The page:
Washington D.C., Oct 23, 2013 / 04:07 am (CNA/EWTN News).- A spiritual theology professor has said that an internal report acknowledging the Catholic Theological Society of America excludes more-orthodox and conservative thinkers is regrettable, yet an opportunity for change in the group.
The National Catholic Reporter recently published a May 15 report of the Catholic Theological Society of America's committee on theological diversity, which said, “the self-conception of many members that the CTSA is open to all Catholic theologians is faulty and self-deceptive.”
"As one of our members put it, the CTSA is a group of liberal theologians and 'this permeates virtually everything … because the CTSA does not aspire to be a partisan group, both attitudes and practices will have to shift if the CTSA is to become the place where all perspectives within Catholic theology in North America are welcome," the report continued.
Dr. Anthony Lilles, who teaches spiritual theology at St. John Vianney Seminary in Denver, Colo., commented to CNA Oct. 22 that he is “both saddened and encouraged by the report.”
Lilles lamented the news that “a forum is provided in which Catholic scholars deride the views of their peers” and “cheer derogatory remarks against the Magisterium,” saying that “these observations suggest the CTSA has betrayed the very purpose responsible Catholic theology exists to serve.”
The organization's report described a variety of exclusionary tactics aimed at more conservative members, including a failure to invite conservative theologians to speak; the use of the term “thinking Catholics” to refer to theological liberals and “people who would take us backwards” to talk about theological conservatives; and cool attitudes towards theological conservatives in the organization.
In addition, the report continues, members of the society will make jokes “and snide remarks about, or disrespectful references to, bishops, the Vatican, the Magisterium, etc.”
“These predictably elicit derisive laughter from a part of the audience.”
Richard Gaillardetz, president of the Catholic Theological Society of America, explained in an Oct. 4 letter to the members of the organization that while the board does not share all of the concerns of the committee's findings, the report is still “an opportunity for an examination of conscience regarding our treatment of colleagues whose theological and ecclesial commitments differ substantially from our own.”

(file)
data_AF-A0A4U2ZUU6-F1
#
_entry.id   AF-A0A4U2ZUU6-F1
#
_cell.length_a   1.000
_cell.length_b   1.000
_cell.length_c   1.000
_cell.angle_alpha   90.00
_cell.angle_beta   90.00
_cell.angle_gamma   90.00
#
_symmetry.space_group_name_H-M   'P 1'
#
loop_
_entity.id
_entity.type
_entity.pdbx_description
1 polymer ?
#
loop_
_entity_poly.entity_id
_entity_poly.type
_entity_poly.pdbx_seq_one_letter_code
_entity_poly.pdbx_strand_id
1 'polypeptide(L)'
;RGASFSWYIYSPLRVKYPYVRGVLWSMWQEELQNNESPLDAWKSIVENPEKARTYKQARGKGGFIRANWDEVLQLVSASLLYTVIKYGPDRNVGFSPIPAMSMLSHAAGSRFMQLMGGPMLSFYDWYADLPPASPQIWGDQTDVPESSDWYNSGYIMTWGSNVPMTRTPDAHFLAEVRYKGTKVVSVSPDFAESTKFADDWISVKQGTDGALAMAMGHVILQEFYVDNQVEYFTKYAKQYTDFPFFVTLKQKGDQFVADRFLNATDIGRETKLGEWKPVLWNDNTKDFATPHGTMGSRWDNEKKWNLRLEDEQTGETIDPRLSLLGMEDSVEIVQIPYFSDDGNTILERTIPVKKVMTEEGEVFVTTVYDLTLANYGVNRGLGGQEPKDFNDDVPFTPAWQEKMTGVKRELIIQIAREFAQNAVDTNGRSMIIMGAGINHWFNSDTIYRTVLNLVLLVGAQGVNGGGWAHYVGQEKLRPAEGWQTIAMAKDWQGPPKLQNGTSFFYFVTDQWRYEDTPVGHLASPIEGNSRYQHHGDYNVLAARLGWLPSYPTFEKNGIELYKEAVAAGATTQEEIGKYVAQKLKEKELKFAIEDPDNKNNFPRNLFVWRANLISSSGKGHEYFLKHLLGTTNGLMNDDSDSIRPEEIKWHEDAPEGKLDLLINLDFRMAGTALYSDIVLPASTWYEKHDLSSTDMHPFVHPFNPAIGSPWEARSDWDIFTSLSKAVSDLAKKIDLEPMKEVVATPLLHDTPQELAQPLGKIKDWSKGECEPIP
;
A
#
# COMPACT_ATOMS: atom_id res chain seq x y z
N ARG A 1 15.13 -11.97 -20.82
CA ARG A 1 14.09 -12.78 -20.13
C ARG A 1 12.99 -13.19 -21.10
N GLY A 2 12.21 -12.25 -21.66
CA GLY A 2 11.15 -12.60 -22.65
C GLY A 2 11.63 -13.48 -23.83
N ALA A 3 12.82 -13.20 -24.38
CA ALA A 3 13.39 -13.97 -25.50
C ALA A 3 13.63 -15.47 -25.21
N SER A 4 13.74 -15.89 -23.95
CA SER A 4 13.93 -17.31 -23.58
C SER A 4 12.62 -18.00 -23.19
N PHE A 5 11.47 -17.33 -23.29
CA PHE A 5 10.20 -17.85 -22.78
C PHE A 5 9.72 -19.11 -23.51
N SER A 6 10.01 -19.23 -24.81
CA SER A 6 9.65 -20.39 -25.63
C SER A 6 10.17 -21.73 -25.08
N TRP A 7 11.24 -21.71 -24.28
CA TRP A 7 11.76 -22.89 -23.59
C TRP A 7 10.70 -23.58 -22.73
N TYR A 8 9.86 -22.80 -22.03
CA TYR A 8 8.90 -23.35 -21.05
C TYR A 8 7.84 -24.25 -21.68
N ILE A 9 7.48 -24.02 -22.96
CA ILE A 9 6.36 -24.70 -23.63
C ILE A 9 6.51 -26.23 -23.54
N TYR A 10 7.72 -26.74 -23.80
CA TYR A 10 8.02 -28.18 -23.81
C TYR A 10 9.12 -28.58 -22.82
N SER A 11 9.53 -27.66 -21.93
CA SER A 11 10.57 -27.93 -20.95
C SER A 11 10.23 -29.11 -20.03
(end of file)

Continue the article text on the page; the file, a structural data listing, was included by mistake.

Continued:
"As a professional society we are bound to consider the issues highlighted in the committee report with the utmost seriousness. The Catholic Theological Society of America should aspire to be a 'big tent' professional society that models in its attitudes and policies a commitment to the full catholicity of our theological tradition.”
He encouraged members to consider “the advantages of a theologically diverse leadership” when choosing board members, and asked that members refrain “from calling into question the good faith of others” and be respectful
Responding to the report, Lilles, who earned a doctorate in spiritual theology at the Angelicum in Rome, said that a “growing number of scholars like myself are not convinced” that the Catholic Theological Society of America does not have “the respect, or attentiveness, or freedom” needed for authentic theological conversations.
“Theology is a conversation in the Church about the most beautiful truths ever entrusted to humanity, and is to protect and cultivate the living faith of the … most vulnerable of the People of God,” he explained.
“This effort, to be authentic, requires an attitude of mutual respect and attentiveness, as well as freedom from the undue influence of cultural and political powers.”
However, he continued, the report bringing such narrow attitudes to light “is also encouraging.”
The decision to “come together and begin to shed light on this failure” and to share the findings of the ad hoc committee publicly “suggests the beginning of an important new opportunity for this society,” Lilles said.
The report's “thoughtful solidarity of concern for mutual respect” is encouraging, he said, and “is an example that might advance a more constructive and Catholic conversation, not only for this society, but also for other similar professional and academic organizations in the Church.”